Friday, September 30, 2016

African Fabric Month

Today is the last day of September, and I just learned that it's African Fabric Month. (Who decides these things anyway?) Anyway, it seems a propitious day to resume my blogging, and to celebrate my recent return to working with the intense, unusual, dynamic and oh-so-African fabrics that I have collected over the years. This quilt is called An African Journey, and was the first quilt I designed using the fabrics that my dear Sweetie had been bringing me back from Uganda for a number of years in the 90's. And not surprisingly, this quilt is still one of my favourites.

Alice Asiimwe (holding the quilt in the photo) made African Lightening during the nine years we worked with her and with the Bitengye Designers in southern Uganda. On a previous visit I had brought her a book of quilt patterns, and she presented me with this stunning quilt when we returned the following year. It's a terrific example of how large swaths of African wax fabrics can be combined with solid black fabric, yielding dramatic results. The mix of primary colours in the African fabrics also contributes to the success of this quilt.

"Who Will Make the Clothing" was my contribution to a fund-raising event for the Stephen Lewis Foundation, which gives assistance to women who are grandmothers and widows in Africa, due to HIV/AIDS. It was based on a photo I took of a woman in the market in the town of Mbarara, sewing away on her treadle sewing machine against a backdrop of the African fabrics she was offering for sale.  A not uncommon sight in most countries in Africa.

During the years I operated Kitambaa Designs, I did much of my fabric shopping at Nalugo Traders in Kampala. The "real wax" fabrics I purchased there came in flat folds of 6 or 12 yards, and we always had terrific fun choosing the "rolls" to bring home with us to sell in Canada. The young woman or man helping us would climb up on the desk until she/he could reach the fabric we had chosen, and bring it down to add to our pile, seen here on the left.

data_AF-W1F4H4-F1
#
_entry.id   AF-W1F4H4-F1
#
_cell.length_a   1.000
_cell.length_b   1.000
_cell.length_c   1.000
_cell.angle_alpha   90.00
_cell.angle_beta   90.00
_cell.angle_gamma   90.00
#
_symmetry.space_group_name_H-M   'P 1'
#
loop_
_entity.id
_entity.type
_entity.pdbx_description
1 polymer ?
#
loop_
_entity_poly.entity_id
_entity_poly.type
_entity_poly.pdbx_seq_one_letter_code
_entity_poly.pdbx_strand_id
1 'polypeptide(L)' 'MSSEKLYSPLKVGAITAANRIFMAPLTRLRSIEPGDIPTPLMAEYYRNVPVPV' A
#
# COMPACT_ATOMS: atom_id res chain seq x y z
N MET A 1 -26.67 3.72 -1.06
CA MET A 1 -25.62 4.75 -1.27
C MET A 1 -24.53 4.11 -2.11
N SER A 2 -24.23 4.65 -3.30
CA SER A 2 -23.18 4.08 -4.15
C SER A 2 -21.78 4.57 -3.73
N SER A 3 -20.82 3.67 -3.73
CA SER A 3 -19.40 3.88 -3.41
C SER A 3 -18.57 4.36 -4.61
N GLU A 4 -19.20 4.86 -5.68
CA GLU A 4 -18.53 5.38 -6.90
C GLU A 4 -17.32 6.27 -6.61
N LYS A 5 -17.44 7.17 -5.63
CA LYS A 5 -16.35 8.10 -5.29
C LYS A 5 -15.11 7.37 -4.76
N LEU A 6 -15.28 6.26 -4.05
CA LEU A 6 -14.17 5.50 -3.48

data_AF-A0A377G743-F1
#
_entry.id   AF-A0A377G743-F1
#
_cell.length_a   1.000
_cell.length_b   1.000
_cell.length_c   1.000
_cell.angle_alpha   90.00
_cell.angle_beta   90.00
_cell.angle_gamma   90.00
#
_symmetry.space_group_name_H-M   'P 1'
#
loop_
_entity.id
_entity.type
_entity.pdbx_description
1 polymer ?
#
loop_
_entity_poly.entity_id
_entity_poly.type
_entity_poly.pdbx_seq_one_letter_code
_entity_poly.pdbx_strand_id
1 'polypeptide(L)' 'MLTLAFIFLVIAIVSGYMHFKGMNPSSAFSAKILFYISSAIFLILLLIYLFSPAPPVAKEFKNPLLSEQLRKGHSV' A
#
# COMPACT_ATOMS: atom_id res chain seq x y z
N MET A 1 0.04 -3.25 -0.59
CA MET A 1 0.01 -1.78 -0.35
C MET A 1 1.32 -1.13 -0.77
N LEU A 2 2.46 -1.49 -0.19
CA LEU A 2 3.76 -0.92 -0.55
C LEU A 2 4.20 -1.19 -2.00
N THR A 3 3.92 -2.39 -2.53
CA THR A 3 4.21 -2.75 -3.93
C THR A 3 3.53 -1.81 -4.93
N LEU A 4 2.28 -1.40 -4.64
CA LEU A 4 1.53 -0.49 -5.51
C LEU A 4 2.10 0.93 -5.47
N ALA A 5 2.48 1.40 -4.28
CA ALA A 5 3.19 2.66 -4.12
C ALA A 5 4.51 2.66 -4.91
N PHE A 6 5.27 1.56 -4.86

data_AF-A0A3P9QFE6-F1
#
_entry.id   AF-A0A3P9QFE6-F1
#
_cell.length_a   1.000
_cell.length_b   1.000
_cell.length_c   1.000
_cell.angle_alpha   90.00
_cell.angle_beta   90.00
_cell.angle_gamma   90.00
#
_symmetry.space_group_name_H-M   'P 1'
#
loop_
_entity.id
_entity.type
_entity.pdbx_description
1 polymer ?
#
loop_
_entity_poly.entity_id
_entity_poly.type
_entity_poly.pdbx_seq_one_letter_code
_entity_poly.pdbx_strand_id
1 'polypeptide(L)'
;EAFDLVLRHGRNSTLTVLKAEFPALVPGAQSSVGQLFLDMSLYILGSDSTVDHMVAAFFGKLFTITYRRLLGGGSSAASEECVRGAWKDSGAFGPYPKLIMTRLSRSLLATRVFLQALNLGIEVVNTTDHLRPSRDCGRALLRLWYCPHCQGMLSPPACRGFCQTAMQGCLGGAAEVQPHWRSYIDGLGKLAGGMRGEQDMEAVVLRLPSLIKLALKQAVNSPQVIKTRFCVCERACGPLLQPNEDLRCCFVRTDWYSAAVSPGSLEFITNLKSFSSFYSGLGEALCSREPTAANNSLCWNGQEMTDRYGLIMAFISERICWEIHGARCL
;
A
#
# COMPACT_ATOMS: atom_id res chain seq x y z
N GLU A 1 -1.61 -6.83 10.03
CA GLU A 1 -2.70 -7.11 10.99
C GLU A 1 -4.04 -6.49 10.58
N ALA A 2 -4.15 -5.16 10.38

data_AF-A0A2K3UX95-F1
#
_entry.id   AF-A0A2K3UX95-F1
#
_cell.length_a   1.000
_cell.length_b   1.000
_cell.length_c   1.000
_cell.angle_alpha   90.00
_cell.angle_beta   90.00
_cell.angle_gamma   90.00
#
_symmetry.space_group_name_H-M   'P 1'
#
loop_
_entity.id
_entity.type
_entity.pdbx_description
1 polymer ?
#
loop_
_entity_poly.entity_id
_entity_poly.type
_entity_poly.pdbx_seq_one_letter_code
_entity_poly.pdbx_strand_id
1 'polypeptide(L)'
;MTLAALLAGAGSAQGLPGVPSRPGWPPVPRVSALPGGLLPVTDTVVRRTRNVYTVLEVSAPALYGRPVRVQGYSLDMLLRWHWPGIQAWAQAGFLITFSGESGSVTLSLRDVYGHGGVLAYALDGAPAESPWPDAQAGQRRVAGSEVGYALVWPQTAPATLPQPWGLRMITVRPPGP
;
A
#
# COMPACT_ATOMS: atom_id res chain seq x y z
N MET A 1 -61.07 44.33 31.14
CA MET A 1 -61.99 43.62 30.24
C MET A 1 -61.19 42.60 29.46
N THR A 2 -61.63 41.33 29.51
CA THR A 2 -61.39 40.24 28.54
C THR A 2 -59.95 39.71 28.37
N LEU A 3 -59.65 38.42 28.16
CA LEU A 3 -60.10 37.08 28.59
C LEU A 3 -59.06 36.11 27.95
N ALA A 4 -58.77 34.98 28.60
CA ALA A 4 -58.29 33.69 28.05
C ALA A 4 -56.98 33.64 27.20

The most wonderful place of all to see the fabrics, however, is when it is being worn by African women. Sometimes made into a full garment and sometimes worn as a wrap around their middle, on top of a more North American dress, they all look beautiful to me, as seen in this group of widows and grandmothers from Kikagate.

This grandmother holding her grandchild, the child's parents having died from "Slim", is another example of how gorgeous these fabrics are when worn by African women. I've seen lots of white women wear African fabric garments, and have several myself, but somehow they never look quite the same. But with so many people these days having experienced visits to Africa or having worked in various African countries, we are more and more likely to want to give voice to this time in the making quilts that tell the stories of our time there.  I know that this is my desire. So after a time of exploring various other creative directions, I find myself excited to be returning to this passion. I knew in my bones that there were more Africa-inspired quilts to be made, and am looking forward to sharing them with you on this blog in the weeks to come.

Monday, May 9, 2016

Words and Fabric

I love words almost as much as I love fabric. I enjoy writing and reading, and have collected quotations that inspire me or interest me for longer than I've been stitching. In fact my first collection (which I still have in my possession) was made when I was fourteen years old. So putting words together with fabric is a natural pairing for me. When our small Fibre Art Voices group came up with the theme of "Words" for a future exhibit, I decided that it was time to make some small fabric pieces that featured some of these quotations. Several years ago I made a large piece which contained some of the African proverbs I've collected over the years, so it seemed quite right and natural to return to these pithy sayings. for this project.

I have had a wonderful time retrieving scraps from my basket to make up the backgrounds for the proverbs. Pieced from leftover bits and bobs, each one is different. They're pretty small - about 4" x 6"- but once mounted on a small painted canvas and displayed on a wooden stand, they're quite lovely, I think.  All are being made in readiness for the Mid-Island Studio Tour our group will be part of at the end of this month. And yes, they'll be for sale. If you're anywhere near Deep Bay on Vancouver Island when the tour takes place, please drop by and see us. There are 9 fibre artists in our group, so there'll be lots and lots of variety in what you'll see on display.